If the above scenario is wrong, and I am stupid for not having understood the SAFE Network properly, I humbly request some member to kindly take some time and enlighten me.

If the scenario can take place, can someone calculate just how expensive an attack like that be?

If we are to assume let’s say, a node population of 3 million being active in the SAFE Network system (not all nodes will be active at all times, so lets say total population is 5 million nodes and 3 million are normally active at one time)- just how expensive is it to add 6 million nodes into the network 24/7, have them age nicely for three weeks so that they gain rank and trust, and then those 6 million nodes just do whatever they can do vandalise - break some protocols etc.

If it’s a couple of million dollars, then surely it’s just a couple of million dollars more to do the devastating 600% or 800% attack to completely cripple the system.

Let’s say it’s 2019 and someone uses SAFE Network to leak some extremely embarrassing documents that piss off a dictator or some billionaire.

If the cost to cripple SAFE system, is a couple of million dollars, or let’s say it’s 30 million dollars - why won’t a dictator or pissed off billionaire or China or any other state entity cripple it?

Thanks for your time.


Just a thought. At 3 million nodes the network is still small considering it is a global network. How long from going live to get from 10’s of thousands to a few million is a good question. But one would expect that if the network is a success that at least a few percent of the world’s personal computers will be active nodes.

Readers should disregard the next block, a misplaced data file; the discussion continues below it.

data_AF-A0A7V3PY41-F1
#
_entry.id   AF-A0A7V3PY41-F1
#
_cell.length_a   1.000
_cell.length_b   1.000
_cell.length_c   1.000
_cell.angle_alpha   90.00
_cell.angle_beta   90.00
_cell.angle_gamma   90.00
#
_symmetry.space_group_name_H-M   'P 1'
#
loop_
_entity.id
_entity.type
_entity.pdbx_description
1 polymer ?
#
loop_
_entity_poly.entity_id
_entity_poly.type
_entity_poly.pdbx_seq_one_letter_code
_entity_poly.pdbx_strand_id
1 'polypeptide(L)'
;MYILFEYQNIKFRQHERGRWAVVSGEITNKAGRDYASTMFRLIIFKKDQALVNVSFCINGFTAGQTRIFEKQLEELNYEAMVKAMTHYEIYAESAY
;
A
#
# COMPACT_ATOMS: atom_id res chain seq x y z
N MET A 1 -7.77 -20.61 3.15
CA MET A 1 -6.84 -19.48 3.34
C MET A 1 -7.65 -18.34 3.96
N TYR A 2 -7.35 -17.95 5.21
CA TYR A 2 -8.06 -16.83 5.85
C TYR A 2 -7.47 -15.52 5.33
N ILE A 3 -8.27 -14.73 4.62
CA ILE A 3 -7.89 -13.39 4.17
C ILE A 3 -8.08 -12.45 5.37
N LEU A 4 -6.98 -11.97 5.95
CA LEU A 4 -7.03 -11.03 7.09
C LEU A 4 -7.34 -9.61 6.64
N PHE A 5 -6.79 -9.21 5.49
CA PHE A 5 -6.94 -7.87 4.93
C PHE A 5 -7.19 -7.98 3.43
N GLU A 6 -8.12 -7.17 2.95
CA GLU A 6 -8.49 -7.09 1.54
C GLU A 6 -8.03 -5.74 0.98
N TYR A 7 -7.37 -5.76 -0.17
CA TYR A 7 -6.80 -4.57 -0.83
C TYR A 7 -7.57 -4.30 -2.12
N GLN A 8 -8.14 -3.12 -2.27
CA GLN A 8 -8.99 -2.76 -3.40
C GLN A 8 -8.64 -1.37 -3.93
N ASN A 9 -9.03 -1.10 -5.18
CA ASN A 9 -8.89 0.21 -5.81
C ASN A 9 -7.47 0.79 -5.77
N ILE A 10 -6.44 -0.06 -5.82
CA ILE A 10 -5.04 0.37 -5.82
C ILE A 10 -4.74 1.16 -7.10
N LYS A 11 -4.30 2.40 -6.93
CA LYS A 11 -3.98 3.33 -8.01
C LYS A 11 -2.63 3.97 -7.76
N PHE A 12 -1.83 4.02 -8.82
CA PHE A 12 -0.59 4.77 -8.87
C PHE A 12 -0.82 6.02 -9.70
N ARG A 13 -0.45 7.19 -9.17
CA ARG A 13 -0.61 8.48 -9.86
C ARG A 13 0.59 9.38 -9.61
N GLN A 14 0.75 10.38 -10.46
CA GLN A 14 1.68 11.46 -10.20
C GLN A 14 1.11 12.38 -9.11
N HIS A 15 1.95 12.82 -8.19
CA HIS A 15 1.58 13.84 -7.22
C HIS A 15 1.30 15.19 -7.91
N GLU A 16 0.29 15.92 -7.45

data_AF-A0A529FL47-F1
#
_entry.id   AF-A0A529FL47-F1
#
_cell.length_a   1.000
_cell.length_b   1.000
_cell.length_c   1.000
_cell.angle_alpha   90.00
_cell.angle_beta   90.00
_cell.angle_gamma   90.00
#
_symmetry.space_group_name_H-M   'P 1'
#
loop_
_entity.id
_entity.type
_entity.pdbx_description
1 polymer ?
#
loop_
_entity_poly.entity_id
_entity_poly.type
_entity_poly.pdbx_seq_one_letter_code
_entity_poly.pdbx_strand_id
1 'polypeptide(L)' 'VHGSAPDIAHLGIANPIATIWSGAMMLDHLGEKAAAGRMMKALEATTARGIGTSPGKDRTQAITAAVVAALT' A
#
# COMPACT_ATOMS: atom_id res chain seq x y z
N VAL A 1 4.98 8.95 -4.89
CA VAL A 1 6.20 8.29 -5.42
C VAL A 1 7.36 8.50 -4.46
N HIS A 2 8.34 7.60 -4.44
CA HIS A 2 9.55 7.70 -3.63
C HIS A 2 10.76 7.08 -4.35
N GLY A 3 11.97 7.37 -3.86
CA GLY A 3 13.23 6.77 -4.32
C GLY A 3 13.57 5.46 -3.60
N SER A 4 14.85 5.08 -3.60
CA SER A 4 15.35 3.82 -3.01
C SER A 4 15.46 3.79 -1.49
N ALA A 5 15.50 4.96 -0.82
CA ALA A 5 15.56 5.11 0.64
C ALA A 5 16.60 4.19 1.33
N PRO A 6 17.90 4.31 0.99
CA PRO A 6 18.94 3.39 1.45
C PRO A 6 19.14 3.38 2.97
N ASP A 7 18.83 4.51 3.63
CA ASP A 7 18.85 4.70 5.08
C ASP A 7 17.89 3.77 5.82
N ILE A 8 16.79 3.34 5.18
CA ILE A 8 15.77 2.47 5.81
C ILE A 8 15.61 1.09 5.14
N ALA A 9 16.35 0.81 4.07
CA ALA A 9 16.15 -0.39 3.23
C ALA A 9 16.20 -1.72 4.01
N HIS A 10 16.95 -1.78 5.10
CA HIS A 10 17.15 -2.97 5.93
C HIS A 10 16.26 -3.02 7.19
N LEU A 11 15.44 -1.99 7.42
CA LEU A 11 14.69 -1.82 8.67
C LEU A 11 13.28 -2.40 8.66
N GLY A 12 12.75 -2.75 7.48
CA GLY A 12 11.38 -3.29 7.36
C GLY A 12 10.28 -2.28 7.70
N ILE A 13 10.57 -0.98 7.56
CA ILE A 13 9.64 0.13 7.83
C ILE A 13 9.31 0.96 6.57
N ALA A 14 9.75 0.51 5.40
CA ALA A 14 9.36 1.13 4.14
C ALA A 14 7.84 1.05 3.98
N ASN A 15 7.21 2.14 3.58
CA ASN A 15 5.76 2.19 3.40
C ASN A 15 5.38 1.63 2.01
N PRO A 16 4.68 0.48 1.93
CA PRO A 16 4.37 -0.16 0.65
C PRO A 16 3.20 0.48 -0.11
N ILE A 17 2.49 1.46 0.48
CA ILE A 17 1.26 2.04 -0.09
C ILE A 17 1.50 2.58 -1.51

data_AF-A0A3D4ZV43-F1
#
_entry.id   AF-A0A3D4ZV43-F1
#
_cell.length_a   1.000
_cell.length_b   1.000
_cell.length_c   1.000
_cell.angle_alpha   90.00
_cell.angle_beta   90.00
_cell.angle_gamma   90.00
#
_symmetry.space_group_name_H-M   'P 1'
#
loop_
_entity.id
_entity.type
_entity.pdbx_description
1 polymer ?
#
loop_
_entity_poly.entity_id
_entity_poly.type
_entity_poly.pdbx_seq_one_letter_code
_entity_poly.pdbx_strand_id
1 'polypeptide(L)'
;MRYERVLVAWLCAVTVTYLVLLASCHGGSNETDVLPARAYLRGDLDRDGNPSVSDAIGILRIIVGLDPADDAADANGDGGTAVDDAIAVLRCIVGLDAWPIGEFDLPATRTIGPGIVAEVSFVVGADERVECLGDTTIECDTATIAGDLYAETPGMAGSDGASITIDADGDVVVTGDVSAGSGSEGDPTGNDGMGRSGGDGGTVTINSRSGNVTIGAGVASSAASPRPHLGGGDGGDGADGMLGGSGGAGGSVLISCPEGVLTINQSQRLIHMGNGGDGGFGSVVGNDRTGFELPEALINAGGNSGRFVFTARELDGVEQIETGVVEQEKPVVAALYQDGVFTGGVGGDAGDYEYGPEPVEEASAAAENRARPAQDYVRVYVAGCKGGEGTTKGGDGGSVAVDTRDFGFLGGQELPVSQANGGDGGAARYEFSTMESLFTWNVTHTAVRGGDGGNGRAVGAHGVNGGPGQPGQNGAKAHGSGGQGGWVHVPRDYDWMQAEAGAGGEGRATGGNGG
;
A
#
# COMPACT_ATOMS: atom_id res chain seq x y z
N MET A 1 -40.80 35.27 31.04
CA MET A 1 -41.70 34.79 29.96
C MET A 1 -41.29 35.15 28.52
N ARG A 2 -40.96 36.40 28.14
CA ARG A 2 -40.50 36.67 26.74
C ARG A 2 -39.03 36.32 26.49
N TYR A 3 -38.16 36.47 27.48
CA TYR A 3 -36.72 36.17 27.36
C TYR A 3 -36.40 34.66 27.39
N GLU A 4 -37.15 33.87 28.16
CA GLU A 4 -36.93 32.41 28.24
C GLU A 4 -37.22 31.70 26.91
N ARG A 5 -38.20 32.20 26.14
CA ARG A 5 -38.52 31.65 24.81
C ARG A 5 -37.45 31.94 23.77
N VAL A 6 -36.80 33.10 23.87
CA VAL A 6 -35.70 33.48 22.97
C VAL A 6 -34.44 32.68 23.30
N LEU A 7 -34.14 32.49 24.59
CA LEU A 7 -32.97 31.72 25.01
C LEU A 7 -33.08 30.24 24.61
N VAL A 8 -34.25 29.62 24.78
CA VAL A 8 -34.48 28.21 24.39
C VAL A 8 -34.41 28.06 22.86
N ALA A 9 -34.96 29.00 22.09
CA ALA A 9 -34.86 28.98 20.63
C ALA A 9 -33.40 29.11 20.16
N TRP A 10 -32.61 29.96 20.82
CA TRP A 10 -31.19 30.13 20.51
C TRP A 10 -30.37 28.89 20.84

I think your 200% is understating the required number to cause noticeable disruptions/vandalism. Because of the mechanism that new nodes are reallocated by the network upon joining the ability to target groups is extremely hard. That means that there is only a random distribution and one needs to have, as you say, more nodes than the proper nodes. So while 2 bad to 1 good might on a random distribution get you momentary control of a group or two, it is only a minor vandalism. Since the network is dynamic those taken over groups may not survive for long and the bad nodes kicked out when in new groups.

As to data security, it should be fine since the compromised groups are minor and many copies of each chunk are spread across the network and any bad chunks will be rejected when being transferred across the network.

As to costs. I expect a network of 3 million nodes globally is under the radar of such groups as any particular government. 3 million represents less than 1 or 2% of the home computers in the USA alone and at 2% it is not even significant to demand control when the internet as a whole in the USA is either is or approaching 1 billion computers of all sorts. Remember nodes will be in SBCs, some phones (when charging), laptops, home computers, some business computers, some data centres. Just in Australia there is some 20-40 million computers that fit that category.

So in perspective for the SAFE network to come a force to reckon with or for governments to attack it would need to be a few % at least. And that is how many computers? Many times the 3 million you are working with.


Minor comment: I didn’t read the links but am curious as to where you get 65% from because in the past I’ve seen David talk about their calculations meaning at least 80% of nodes would need to collaborate to take over a piece of data (at least that’s my recollection - those discussions were years ago, some on reddit).


I think we also have to consider the cost of running a useful node. If it is being worked hard enough to be useful to the network, it should be expensive to of operate. Just because there isn’t an arbitrary proof of work, it doesnt mean that useful hasn’t be done and proved.